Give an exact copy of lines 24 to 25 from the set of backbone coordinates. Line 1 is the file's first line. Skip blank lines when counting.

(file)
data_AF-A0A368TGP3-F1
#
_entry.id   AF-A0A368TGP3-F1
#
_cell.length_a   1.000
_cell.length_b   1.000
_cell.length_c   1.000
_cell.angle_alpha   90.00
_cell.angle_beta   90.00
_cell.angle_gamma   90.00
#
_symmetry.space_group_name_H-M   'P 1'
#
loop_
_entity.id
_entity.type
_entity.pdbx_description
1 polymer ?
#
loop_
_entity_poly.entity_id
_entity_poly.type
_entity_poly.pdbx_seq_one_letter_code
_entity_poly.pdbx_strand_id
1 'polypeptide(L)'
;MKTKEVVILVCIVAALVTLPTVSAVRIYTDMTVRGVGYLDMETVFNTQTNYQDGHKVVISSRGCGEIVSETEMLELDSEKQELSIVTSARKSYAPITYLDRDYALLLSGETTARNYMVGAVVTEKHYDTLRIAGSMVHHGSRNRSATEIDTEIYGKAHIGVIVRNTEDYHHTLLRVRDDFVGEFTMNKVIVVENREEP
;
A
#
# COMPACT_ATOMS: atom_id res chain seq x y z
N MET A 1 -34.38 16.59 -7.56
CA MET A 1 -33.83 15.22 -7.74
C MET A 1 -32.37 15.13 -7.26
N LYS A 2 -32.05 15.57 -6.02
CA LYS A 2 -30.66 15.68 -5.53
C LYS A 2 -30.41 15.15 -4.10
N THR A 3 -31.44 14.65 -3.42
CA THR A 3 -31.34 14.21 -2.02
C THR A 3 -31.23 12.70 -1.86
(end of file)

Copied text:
_entity_poly.pdbx_strand_id
1 'polypeptide(L)'